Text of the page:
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dc.contributor.advisor Wood, Peter H.
dc.contributor.advisor Gaspar, David Barry
dc.contributor.advisor Gavins, Raymond
dc.contributor.advisor Thorne, Susan
dc.contributor.author Sivertsen, Karen
dc.date 2007
dc.date.accessioned 2007-05-10T14:54:50Z
dc.date.available 2007-05-10T14:54:50Z
dc.date.issued 2007-05-10T14:54:50Z
dc.identifier.uri http://hdl.handle.net/10161/199
dc.description Dissertation
dc.description.abstract This dissertation focuses on New Amsterdam, the small port town at the tip of Manhattan Island that became the capital for the Dutch colony of New Netherland. It addresses two of the most entrenched stereotypes regarding New Netherland. One is the popular notion that religion never played an important role in New Netherland, since the colony was built upon commerce and economic considerations. The other is that community life and consciousness was stymied in Manhattan until New Netherland became an English colony. At the root of both stereotypes is the accepted perception that an intense and selfish drive for wealth, financial remuneration and self-advancement was the modus vivendi of New Netherland's settlers and colonial officials. Consequently, they neither gave much thought to religion nor took time to foster a shared sense of community. The central aim of this dissertation is to demonstrate that Dutch Manhattan did develop a dynamic community life. It resulted from the difficulties encountered by both Europeans and Africans in trying to reconstruct in the New World aspects of societies they had left behind, and from the interactions of members of the Atlantic's three racial groups in Dutch Manhattan. The other important aim is to demonstrate the role religion played in the community and in community formation by discussing how religion was utilized to determine one's fitness for community membership and as a tool of colonization. Religion played a key role in the formation of alliances both within and outside the colony, and groups created spaces within the society for individuals to maintain and nurture practices that were not sanctioned by the larger community. This dissertation demonstrates that while the colony had its genesis as a trading venture, religiously infused ideas were at play during the early contact period prior to settlement. Furthermore, once the decision for permanent settlement was made, religion and religious considerations played a prominent role in the internal contestations for control and figured prominently in the process of community formation. Aside from religion, this dissertation also explores the role of trade, contestations for control both within and outside the colony, and war in shaping and redefining the contours of community in Dutch Manhattan. en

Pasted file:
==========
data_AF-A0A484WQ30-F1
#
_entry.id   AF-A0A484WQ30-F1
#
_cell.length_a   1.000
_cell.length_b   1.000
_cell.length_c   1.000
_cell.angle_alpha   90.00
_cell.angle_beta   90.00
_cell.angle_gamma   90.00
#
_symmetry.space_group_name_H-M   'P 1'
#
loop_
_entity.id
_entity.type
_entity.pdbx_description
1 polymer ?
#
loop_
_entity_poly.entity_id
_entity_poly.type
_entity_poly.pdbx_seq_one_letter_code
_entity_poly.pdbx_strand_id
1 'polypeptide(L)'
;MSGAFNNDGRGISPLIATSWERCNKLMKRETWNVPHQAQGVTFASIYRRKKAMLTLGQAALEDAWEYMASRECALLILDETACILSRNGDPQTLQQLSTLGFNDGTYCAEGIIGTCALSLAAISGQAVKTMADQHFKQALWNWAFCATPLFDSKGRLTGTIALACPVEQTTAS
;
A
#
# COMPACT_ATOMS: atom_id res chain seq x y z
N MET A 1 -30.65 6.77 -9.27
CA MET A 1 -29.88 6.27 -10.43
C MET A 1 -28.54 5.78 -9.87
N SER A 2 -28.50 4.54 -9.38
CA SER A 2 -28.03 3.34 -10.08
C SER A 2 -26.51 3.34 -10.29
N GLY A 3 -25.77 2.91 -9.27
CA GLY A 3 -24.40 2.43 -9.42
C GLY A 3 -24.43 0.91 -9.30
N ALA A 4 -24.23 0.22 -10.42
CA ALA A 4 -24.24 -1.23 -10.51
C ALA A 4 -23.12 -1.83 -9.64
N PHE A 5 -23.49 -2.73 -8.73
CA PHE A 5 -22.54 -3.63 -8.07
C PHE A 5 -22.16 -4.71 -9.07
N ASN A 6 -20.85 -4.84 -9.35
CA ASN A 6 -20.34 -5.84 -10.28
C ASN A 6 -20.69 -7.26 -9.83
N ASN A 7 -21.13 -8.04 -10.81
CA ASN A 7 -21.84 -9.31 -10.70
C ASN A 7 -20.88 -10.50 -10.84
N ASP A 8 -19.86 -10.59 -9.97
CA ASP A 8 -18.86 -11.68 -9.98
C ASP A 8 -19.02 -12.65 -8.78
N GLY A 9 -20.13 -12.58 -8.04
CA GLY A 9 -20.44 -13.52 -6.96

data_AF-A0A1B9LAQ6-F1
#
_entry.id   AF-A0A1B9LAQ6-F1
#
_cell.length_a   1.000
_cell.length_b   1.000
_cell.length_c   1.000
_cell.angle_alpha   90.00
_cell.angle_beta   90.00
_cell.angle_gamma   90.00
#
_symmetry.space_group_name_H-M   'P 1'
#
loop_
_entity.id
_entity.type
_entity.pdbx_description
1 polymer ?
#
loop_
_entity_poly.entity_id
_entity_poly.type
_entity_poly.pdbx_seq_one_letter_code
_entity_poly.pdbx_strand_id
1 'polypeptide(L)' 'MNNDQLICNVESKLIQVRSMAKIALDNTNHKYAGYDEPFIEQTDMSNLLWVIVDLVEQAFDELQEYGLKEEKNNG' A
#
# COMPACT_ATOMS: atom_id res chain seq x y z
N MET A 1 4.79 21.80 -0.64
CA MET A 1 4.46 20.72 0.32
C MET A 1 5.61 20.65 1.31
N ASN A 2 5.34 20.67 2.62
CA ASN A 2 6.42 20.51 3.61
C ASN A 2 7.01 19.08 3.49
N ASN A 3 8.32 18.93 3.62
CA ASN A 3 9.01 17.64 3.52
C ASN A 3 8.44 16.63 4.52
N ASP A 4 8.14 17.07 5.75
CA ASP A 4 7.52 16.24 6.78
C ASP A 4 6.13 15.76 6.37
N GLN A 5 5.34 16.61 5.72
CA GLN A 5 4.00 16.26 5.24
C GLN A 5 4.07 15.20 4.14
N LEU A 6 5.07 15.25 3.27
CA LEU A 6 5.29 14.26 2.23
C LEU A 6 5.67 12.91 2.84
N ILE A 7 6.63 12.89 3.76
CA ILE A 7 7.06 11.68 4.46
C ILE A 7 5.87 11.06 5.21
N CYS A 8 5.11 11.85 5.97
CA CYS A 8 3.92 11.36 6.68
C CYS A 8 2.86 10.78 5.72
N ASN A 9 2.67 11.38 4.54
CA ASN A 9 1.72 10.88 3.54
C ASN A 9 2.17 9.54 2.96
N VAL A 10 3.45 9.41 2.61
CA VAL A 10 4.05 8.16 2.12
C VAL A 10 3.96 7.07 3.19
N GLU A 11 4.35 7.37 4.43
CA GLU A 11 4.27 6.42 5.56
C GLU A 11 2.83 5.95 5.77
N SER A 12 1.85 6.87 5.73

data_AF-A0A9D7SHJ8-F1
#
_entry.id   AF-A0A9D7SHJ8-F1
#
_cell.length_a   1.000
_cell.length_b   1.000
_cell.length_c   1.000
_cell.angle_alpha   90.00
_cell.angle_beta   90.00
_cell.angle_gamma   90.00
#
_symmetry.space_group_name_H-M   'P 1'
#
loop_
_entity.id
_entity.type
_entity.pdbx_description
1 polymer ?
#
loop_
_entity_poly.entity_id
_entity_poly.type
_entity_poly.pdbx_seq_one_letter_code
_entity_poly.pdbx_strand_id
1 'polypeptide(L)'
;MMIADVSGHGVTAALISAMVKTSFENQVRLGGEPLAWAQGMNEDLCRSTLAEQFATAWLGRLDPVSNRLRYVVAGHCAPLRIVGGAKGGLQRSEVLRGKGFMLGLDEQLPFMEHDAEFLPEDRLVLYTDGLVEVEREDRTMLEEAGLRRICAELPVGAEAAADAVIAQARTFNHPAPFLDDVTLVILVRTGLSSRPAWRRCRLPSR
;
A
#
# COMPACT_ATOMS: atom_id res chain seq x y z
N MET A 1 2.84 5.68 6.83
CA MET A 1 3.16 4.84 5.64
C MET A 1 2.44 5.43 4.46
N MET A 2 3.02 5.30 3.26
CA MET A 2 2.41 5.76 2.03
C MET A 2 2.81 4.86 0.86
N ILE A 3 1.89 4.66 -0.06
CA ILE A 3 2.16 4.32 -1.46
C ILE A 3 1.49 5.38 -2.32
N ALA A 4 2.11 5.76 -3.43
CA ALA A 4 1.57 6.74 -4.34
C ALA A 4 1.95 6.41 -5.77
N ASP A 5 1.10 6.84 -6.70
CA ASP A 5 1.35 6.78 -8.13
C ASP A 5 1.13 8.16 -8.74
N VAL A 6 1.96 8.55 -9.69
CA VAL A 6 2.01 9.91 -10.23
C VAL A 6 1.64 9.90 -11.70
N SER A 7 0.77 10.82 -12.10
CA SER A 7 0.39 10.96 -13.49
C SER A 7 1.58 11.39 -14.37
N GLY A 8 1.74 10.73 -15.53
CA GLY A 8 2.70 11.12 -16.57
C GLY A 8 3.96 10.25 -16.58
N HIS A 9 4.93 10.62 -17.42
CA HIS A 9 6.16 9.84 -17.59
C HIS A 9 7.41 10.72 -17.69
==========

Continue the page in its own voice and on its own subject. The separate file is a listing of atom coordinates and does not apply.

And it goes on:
dc.format.extent 1454716 bytes
dc.format.mimetype application/pdf
dc.language.iso en_US en
dc.subject Dutch Manhattan en
dc.title Babel On the Hudson: Community Formation in Dutch Manhattan en
dc.type Dissertation en
dc.department History

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